Therefore, the first prong of the Rooker-Feldman test has been met.
The Court will now consider whether the relief that Plaintiff seeks is
"inextricably intertwined" with the previous determinations at the State
level. This Court would then be placed in the position of reviewing the
judgment of state courts, a practice which is not permitted. See
Feldman, 460 U.S. at 483. The crucial inquiry is whether "the district
court is in essence being called upon to review the state-court
decision." Ritter v. Ross, 992 F.2d 750, 754 (7th Cir. 1993), quoting
Feldman, 460 U.S. at 483-84 n. 16. Here, it is clear that the relief
sought by Plaintiff is "inextricably intertwined" with the previous
determinations in this case denying the requested relief. Plaintiffs
complaint indicates that he is asking this Court to revisit the issues
already decided by the ARDC and the Illinois Supreme Court — under
the guise of a § 1983 action. The complaint is essentially based on
his contention that the investigation was not properly conducted. Thus,
because granting the relief sought would essentially require invalidating
the previous decisions of the ARDC and the Illinois Supreme Court,
Plaintiff's current claim is "inextricably intertwined" with those
determinations. See Landers Seed Co., Inc. v. Champaign Nat'l Bank,
15 F.3d 729, 733 (7th Cir. 1994). This Court does not have subject matter
jurisdiction to review those decisions.
Plaintiff is essentially attempting to invalidate prior judgments in
the instant action. However, "a plaintiff may not seek reversal of a
state court judgment simply by casting his complaint in the form of a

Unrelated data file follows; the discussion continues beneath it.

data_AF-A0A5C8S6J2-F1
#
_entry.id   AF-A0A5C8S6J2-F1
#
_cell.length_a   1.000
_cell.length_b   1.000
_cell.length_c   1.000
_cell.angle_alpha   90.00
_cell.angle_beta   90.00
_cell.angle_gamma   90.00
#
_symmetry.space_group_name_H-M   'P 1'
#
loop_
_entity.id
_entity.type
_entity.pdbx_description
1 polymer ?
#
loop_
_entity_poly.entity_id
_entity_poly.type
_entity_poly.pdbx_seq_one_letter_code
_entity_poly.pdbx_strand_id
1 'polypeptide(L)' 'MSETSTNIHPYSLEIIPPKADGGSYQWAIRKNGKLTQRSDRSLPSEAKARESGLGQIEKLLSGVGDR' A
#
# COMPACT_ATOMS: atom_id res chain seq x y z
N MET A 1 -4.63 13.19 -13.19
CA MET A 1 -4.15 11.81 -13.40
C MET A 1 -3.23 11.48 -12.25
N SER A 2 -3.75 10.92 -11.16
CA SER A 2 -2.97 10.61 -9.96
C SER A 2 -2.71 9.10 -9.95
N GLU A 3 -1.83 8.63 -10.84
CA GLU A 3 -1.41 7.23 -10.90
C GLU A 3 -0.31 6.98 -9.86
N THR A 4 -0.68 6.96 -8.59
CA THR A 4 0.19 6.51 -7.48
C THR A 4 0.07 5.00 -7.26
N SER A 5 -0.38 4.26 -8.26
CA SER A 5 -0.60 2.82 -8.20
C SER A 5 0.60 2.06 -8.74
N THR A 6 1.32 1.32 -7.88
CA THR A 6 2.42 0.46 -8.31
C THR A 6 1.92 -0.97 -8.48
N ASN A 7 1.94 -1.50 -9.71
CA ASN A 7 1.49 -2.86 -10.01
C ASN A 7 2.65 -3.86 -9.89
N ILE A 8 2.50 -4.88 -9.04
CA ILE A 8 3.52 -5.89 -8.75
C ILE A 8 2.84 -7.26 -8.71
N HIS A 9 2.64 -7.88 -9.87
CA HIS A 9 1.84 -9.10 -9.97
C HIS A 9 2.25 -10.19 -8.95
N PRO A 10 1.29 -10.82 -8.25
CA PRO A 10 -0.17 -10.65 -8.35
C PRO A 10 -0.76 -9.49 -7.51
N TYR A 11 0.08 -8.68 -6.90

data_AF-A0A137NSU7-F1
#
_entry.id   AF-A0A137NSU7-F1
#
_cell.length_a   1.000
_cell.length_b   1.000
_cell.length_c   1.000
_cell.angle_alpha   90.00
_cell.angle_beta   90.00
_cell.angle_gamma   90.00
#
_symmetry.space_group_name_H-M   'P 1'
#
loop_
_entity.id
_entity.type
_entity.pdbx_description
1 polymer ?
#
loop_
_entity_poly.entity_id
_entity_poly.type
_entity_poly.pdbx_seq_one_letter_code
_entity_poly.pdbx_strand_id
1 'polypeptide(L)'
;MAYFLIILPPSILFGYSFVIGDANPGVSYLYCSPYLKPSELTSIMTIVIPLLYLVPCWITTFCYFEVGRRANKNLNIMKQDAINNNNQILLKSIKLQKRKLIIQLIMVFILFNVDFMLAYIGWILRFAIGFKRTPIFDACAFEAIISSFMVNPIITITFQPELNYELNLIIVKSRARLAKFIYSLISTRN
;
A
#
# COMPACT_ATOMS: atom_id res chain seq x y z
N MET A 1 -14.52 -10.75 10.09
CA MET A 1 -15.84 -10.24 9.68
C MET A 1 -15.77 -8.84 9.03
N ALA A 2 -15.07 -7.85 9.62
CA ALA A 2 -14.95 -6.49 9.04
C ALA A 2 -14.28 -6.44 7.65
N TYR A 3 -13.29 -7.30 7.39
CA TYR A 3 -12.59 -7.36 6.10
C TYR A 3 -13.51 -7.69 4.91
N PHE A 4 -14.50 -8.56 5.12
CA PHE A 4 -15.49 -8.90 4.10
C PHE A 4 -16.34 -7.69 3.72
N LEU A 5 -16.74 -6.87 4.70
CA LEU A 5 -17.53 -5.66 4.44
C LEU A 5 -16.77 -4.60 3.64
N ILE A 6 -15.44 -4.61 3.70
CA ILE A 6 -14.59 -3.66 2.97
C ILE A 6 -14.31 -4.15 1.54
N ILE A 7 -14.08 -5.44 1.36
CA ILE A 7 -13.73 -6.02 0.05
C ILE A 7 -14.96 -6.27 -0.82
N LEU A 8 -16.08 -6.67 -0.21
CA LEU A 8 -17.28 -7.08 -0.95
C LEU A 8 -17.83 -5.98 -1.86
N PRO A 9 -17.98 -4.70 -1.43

civil rights action." Ritter, 992 F.2d at 754. Here, that is all that
Plaintiff is attempting to do. Plaintiff is seeking an award of tens of
millions of dollars*fn4 pursuant to § 1983 based on his apparent
belief that the ARDC's investigation yielded the wrong result and that it
did not continue until the desired result was obtained. Thus, Plaintiff
is seeking appellate review in this Court of the judgments of the
Illinois Supreme Court based on his contention that those judgments
violated his civil rights. The Rooker-Feldman doctrine bars this Court
from conducting such a review. 28 U.S.C. § 1257; see Johnson, 512
U.S. at 1005-06.
Because the claim Plaintiff makes and his requested relief are
"inextricably intertwined" with earlier judgments of the Illinois Supreme
Court, this Court does not have subject matter jurisdiction over his
complaint. The Court will therefore allow Defendants' motion to dismiss
pursuant to Fed.R.Civ.P 12(b)(1).
Having determined that the Rooker-Feldman doctrine bars this Court from
exercising subject matter jurisdiction, it will not address Defendants'
other proffered bases for dismissing the complaint.
Ergo, Defendants' motion to dismiss pursuant to Rule 12(b)(1) of the
Federal Rules of Civil Procedure is ALLOWED. This cause is DISMISSED WITH
PREJUDICE. CASE CLOSED.
*fn2 The complaint states "[i]t is obvious the charges were part of the
Motion and were not themselves individually filed which does not give
to the Illinois Supreme Court Jurisdiction to grant a motion on unfilled
charges." The Court is not certain what Plaintiff is alleging.
*fn3 Plaintiff is apparently seeking damages totaling $55, 900,
*fn4 The Court is uncertain as to how Plaintiff has arrived at his
apparent damages figure of $55, 900, 010.00.